Flowers That Hummingbirds Like. My Favorites

by pawpaw

If you have Hummingbirds in your area, you might be searching for flowers or plants to enhance the look of your yard or garden, as well as attract Hummingbirds.

Here I will list some of my favorites, and show of few of them, with Hummingbirds on them.
I don't think there is a person on the planet, who doesn't enjoy seeing these little birds buzzing about from flower to flower. We have a few that visit our yard every year, and it is very enjoyable to just sit on our wooden bench swing, and watch them.

If you have them in your area, and plant the right types of flowers and shrubs, you can enjoy watching them too.
Photo: author

My #1 Favorite---Rose of Sharon, (Hibiscus Syriacus)

If I had to pick one plant, shrub, or flower to have, and no other, it would be Hibiscus syriacus. It is most often referred to as Rose of Sharon, or hardy Hibiscus, or just Hibiscus. 

My grandparents had Rose of Sharon bushes when I was a young child, and you could always count on seeing Hummingbirds on them. 

Hummingbirds are attracted to the color red, but they will go to just about any color of flower. Many Rose of Sharon flowers have a red or pink center. They are available in a wide array of colors now, and more are being developed all the time. They can be purchased all ready to be planted in your yard or garden, or you can buy seeds. 

They can be considered a large shrub, or small tree. With pruning, you can keep them at a more manageable size. When we first move to our home, there was one already growing, and we saw as many as 7 Hummingbirds at once on it. Since then, we have planted another one, and have had several that have come up from seeds.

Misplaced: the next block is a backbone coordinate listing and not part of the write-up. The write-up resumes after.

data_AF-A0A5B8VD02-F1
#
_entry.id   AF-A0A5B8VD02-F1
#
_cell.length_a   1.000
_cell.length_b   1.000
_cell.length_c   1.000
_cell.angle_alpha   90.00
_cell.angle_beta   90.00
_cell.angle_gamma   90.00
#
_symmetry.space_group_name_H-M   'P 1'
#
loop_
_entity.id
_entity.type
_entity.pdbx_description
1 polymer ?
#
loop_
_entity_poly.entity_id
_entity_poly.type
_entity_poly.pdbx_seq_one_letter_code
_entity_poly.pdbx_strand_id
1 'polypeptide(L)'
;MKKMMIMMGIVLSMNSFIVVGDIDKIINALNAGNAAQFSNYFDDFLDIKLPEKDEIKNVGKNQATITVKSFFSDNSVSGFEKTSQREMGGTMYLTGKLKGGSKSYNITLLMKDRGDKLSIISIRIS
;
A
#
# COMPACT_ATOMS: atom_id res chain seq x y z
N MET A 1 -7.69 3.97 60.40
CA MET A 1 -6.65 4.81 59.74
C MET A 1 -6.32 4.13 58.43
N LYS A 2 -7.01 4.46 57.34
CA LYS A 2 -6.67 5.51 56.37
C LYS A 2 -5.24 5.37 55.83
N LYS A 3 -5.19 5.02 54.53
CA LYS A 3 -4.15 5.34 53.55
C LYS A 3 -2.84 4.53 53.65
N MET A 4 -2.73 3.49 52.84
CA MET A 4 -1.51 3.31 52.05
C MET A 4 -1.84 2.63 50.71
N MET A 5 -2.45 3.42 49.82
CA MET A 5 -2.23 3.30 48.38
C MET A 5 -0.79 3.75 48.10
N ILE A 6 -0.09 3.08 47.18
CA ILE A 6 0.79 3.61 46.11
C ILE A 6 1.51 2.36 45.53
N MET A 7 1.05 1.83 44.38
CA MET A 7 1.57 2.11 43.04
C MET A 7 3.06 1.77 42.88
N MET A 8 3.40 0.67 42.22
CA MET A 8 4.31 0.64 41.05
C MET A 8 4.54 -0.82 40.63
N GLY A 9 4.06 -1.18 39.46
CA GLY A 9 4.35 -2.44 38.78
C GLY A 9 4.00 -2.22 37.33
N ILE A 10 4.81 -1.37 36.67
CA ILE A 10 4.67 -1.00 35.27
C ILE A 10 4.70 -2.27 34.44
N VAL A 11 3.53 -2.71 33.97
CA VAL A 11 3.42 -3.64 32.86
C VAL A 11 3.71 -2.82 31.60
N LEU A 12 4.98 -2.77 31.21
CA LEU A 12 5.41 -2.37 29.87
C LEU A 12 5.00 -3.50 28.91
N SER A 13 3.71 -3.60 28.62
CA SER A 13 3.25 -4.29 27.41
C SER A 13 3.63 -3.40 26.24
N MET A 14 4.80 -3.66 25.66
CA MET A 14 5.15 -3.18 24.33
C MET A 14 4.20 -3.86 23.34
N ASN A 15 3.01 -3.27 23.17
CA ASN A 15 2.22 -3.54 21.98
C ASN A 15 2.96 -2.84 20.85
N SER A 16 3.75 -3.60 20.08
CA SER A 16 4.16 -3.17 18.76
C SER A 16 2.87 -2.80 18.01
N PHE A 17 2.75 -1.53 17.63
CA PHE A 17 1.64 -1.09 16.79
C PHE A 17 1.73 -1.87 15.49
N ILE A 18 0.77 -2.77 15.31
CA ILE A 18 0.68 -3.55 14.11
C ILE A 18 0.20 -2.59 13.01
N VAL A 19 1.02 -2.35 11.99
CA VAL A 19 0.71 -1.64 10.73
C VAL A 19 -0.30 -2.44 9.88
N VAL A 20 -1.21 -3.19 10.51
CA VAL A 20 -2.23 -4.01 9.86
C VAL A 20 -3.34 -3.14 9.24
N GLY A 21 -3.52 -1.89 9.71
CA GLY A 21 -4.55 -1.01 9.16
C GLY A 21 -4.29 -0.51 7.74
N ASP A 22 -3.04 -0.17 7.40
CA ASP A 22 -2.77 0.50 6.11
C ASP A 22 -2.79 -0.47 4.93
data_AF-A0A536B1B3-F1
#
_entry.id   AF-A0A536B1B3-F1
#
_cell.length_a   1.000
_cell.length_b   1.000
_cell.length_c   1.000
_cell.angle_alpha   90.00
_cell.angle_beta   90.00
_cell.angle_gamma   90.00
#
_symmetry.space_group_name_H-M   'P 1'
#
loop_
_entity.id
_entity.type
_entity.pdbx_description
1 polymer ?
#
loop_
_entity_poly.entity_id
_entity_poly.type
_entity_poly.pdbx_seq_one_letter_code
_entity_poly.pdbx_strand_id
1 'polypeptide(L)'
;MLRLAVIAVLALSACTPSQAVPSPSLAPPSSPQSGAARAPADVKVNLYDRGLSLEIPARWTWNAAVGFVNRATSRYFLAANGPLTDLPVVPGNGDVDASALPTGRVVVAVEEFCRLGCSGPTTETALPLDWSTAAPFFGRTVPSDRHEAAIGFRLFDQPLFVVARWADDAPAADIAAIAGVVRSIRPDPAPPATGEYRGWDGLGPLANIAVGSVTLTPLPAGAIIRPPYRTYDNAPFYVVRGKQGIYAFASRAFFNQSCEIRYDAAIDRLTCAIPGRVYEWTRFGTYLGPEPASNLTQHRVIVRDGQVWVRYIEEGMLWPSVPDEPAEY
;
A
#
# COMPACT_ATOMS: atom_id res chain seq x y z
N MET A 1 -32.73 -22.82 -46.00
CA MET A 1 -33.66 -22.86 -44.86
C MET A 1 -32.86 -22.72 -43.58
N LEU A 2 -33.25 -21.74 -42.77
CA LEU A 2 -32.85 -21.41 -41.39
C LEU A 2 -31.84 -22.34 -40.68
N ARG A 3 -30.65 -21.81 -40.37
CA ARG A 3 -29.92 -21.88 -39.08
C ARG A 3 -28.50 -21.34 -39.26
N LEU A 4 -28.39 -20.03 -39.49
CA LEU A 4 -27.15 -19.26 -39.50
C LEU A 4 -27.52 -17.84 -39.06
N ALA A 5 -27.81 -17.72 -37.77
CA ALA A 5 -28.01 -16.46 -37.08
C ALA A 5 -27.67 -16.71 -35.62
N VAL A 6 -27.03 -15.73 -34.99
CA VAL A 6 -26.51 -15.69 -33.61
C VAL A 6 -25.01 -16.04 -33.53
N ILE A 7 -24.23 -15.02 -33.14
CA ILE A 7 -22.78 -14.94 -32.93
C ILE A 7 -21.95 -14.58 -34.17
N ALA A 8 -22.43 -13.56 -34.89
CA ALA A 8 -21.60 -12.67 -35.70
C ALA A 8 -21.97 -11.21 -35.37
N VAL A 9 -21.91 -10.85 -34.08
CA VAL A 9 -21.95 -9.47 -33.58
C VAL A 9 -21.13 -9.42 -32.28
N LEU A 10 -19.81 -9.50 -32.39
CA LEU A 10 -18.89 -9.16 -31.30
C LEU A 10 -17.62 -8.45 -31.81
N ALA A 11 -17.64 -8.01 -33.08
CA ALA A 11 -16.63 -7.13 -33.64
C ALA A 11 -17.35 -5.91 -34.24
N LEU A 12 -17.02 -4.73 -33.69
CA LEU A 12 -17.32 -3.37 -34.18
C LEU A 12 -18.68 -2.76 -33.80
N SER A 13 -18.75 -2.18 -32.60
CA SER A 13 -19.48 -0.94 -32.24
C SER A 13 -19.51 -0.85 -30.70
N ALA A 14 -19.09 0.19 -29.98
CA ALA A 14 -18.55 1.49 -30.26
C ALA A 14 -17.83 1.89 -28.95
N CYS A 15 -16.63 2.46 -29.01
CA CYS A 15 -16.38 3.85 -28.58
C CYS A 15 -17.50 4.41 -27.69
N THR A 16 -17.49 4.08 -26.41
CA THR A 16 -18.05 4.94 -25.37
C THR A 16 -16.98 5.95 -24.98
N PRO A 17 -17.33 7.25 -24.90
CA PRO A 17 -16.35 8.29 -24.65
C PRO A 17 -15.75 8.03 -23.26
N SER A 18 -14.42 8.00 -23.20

Like Rose of Sharon, Bee Balm can be purchased as a plant, or can be started from seeds. I've found that Bee Balm is a very hard perennial. It has a tendency to spread, so I would suggest having it planted in a confined space, so it won't invade the space of other plants.

Ours Bee Balm plants are red, but they do come in a variety of other colors. One thing I like about them, is that the flower heads have multiple small flowers. Many times, Hummingbirds will try to hit each flower, so they end up staying in one spot a little longer than with some other flowers. 

When it comes to attracting Hummingbirds, I think that Petunias are vastly underutilized. When I'm talking about using Petunias, for Hummingbirds, I'm talking about using them in hanging baskets, and window boxes. This gets them off the ground, and away from cats. We have cats, and although we've never had one catch a Hummingbird, it does make me a little nervous when I see them working flowers close to the ground. 

By using a hanging basket, you can locate your petunias for easy viewing. They can also be used to photograph Hummingbirds. Instead of trying to guess which flower the Hummingbird will go to next, you can set your camera up on a tripod, and wait for them to come in. 

Hummingbird Nests

Depending on where you live, and how well you do attractive Hummingbirds, you may even get to watch them raise their babies. Their nests are unbelievably small. Even if you don't get that lucky, it is still worth the effort to supply them with flowers they enjoy. 

Hummingbird Feeding Babies

We got a Butterfly Bush for the first time, a couple of years ago, and I'm already a fan. They are very hardy, and are loaded with blooms. Like Bee Balm, there are loads of little flowers all concentrated in one area, so you get to see the Hummingbirds for a longer period of time, before them move on.